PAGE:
What you should know about plague

What you should know about plague
Plague is a rapidly progressing disease that can lead to death; immediate medical intervention is necessary once it is suspected or a diagnosis is made. It is a highly contagious disease, sometimes called the “black death” because of the several epidemics it caused in Europe in those days (medieval times).
Plague is a very old disease, it was first recognized about 1320 BC in Europe and it is said to have killed about 1 million people in 542 AD in Europe during one of the epidemics.
The disease occurs all around the world, but the risk of plague is highest in areas that have poor sanitation, overcrowding, and a large population of rodents. Consequently plague among human population is quite low today in developed countries; there are only 1,000 to 3,000 cases reported worldwide each year, with the highest incidence in Africa. Other areas where the disease could be found in some numbers today include South America and Asia; a developed country may not have up to 30 cases in a year. However, the largest number of infected animals is in the United States—mostly in Arizona, Colorado, and New Mexico. The former Soviet Union members also have a large population of infected animals.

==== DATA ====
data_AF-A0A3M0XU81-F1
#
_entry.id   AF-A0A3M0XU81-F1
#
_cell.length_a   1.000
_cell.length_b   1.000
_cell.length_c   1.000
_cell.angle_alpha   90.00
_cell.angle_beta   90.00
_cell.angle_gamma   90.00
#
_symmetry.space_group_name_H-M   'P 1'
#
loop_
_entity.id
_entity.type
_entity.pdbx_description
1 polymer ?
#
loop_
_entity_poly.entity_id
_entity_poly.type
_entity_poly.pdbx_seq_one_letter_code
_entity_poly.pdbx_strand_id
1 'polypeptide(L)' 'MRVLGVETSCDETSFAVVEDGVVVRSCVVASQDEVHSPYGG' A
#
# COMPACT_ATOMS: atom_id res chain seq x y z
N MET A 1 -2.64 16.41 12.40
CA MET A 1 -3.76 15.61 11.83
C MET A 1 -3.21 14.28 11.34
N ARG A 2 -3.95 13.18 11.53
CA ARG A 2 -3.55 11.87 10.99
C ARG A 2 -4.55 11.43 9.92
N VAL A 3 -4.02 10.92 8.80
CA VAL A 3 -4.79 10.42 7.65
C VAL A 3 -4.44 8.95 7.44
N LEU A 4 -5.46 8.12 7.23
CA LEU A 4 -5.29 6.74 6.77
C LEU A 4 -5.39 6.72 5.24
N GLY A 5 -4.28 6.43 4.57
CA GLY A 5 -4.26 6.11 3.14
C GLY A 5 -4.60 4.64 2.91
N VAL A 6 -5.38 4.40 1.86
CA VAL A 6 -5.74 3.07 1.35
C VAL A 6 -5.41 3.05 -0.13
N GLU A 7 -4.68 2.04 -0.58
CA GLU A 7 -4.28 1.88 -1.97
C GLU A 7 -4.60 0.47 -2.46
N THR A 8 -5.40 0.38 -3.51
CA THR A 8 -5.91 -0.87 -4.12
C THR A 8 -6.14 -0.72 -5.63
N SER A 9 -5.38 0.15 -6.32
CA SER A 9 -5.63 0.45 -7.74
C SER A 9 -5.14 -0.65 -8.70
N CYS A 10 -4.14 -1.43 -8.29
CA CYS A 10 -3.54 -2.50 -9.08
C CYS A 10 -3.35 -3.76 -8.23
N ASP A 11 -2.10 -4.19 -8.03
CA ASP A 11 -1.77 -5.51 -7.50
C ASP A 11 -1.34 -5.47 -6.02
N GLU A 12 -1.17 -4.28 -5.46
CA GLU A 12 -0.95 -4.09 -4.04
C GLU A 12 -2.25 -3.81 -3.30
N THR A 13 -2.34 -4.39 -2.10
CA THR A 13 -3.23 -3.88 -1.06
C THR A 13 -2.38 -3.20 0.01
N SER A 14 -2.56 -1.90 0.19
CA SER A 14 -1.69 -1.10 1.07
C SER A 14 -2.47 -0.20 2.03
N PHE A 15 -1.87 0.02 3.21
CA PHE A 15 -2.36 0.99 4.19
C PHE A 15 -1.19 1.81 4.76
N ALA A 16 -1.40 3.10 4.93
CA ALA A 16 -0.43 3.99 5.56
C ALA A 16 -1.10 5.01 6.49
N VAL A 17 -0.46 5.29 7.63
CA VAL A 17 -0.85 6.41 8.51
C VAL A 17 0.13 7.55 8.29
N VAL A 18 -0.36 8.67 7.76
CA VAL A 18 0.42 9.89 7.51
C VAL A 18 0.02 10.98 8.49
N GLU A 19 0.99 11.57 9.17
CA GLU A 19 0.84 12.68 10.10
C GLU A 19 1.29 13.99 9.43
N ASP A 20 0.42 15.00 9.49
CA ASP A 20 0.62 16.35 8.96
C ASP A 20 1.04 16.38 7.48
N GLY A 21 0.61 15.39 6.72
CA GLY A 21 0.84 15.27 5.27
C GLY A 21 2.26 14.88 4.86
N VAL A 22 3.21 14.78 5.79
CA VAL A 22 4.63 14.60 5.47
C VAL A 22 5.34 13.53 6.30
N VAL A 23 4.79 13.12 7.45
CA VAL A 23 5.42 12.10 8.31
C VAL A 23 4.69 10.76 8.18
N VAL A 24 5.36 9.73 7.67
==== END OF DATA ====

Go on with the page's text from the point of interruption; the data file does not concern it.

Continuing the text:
The bacteria that cause plague are found in rats, mice, rodents, dogs, and other animals around the world and are carried by fleas from these animals to man. Outbreaks are therefore generally associated with infested rats and fleas in the home.
African counties with the highest number of plague cases include D.R. Congo, Madagascar, Uganda, Mozambique and Tanzania; in 2014 the disease claimed 40 lives in Madagascar.
Plague spreads from country to country through rats carried there by ships.